Without a doubt one highlight of my trip to Europe was meeting Volker Beck, current spokesperson for Germany’s Green Party. While in Berlin, I had the honor to attend a dinner and discussion with him and a group of my colleagues.
Volker Beck is an openly gay member of German Parliament and has been working for LGBT rights since the 1980’s. His accomplishments over the past 30 years have been many. While he is most known for his work with the European LGBT community, he is also highly involved with various programs providing compensation and remembrance to Nazi victims.
Beck gave us a brief history of his political career which began in 1985 when he joined the Green Party. It was soon after, in the early nineties, that he began spearheading major projects in Germany. Between 1994 and 1998 he played a critical role in ensuring a monthly pension for Jewish Holocaust victims, in lobbying for construction of holocaust memorials recognizing distinct victim groups, and in revoking criminal sodomy provision Paragraph 175.
The removal of Paragraph 175 in 1994 marks a pivotal time for Germany’s tolerance and acceptance of the LGBT community. The paragraph, created in 1871, was infamous and had undergone several amendments as Germany fell under the rule of different regimes. There is even a powerful documentary about the paragraph and how it was brutally enforced during the Nazi era.
During the broader period of 1991 to 2004, Beck was also spokesman for the Lesbian & Gay Association of Germany. In the later of these years, Beck was responsible for bringing LGBT issues to the attention of Parliament. In 2001 he drafted, and successfully passed, the Civil Partnership Act expanding the rights of same-sex couples to include nationally recognized registered partnerships. As I mentioned in a previous post, the partnership rights have since been expanded upon several times. The court-won rights expansions can largely be attributed to the Equal Treatment Act of 2006, also sponsored by none other than Volker Beck.
In 2003, Beck was involved in obtaining funding for the Memorial for Persecuted Homosexuals, aspects of which remain controversial. I saw the monument when I was in Berlin and I, too, had some issues with it. It was across the street from the Memorial to Murdered Jews of Europe and was therefore, in a way, separating being Jewish and being gay. As someone who is both, the disconnect was a bit troubling. Additionally, the placard explaining the memorial (pictured below) was far away. Regardless, I am thrilled that it exists at all.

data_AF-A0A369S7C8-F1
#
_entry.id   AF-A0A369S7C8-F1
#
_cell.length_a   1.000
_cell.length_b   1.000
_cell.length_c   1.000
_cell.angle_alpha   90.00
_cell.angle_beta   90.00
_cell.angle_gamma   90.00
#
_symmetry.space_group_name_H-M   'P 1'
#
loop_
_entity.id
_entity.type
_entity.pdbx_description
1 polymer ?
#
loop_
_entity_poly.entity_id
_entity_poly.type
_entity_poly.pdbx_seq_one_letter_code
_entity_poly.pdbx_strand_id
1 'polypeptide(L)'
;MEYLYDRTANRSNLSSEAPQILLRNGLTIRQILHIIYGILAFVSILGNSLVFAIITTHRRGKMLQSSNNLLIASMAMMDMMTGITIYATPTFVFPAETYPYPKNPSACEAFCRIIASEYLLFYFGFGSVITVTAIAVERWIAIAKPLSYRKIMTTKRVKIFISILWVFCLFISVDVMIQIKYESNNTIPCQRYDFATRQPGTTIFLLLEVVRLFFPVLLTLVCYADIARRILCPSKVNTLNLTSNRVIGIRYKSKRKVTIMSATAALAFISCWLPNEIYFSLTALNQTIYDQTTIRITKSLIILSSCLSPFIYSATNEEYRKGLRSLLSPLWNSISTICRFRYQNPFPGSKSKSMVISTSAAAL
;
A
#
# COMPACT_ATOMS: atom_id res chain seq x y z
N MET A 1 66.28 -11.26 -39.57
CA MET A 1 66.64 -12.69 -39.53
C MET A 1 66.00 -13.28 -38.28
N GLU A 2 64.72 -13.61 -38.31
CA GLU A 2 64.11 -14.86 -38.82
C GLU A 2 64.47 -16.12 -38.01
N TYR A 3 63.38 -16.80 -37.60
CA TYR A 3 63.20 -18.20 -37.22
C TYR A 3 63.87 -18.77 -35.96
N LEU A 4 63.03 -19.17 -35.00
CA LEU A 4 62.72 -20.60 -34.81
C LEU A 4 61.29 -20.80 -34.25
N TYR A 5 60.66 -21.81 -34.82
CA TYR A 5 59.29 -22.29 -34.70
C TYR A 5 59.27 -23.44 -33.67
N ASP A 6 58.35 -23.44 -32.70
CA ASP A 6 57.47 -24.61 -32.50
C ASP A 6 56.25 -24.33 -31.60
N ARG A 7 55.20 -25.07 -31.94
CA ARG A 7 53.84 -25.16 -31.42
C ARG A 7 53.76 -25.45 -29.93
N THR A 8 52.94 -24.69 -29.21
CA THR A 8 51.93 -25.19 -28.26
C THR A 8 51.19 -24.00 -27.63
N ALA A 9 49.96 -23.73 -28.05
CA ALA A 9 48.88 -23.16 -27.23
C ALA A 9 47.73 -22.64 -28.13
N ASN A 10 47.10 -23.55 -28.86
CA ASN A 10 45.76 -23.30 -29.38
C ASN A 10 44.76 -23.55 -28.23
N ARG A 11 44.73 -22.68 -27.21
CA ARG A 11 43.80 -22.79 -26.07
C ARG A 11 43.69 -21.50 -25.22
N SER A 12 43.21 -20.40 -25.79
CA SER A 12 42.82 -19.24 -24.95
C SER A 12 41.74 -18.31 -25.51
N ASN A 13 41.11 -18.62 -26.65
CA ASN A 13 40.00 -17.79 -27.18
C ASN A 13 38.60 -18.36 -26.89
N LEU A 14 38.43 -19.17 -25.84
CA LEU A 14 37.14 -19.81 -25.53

In addition to Beck’s admirable dedication and achievements within Germany, he never stops promoting LGBT rights as an international concern. In 2006, he travelled to Moscow to participate in their first pride parade where he intended to give a TV interview but was unfortunately interrupted by a group of anti-gay youth who assaulted him. The attack did not slow down his activism, however, and he has continued his fight for a broader sense of equality.
When I attempted to steer our dinner discussion towards the current LGBT tax issues in Germany he briefly confirmed that equal tax treatment is expected to be acheived in the near future but quickly brought the conversation back to international LGBT issues. Beck relentlessly continues to encourage a global discussion. Here, he discusses LGBT issues within the context of Uganda, Brazil, the UN and even Dan Savage.
Volker Beck is a great inspiration to me and I admire his drive for international progress, particularly, when so many advancements have already been made in his own country. He encourages me to remain aware of things like the anti-gay violence taking place in South Africa where just last week a 19-year old lesbian was murdered. Beck’s dedication is a timely reminder to those of us in Washington where same-sex marriage has just been legalized. A battle may have been won, but the war continues. Imagine what the world could be if more people were as dedicated as he is.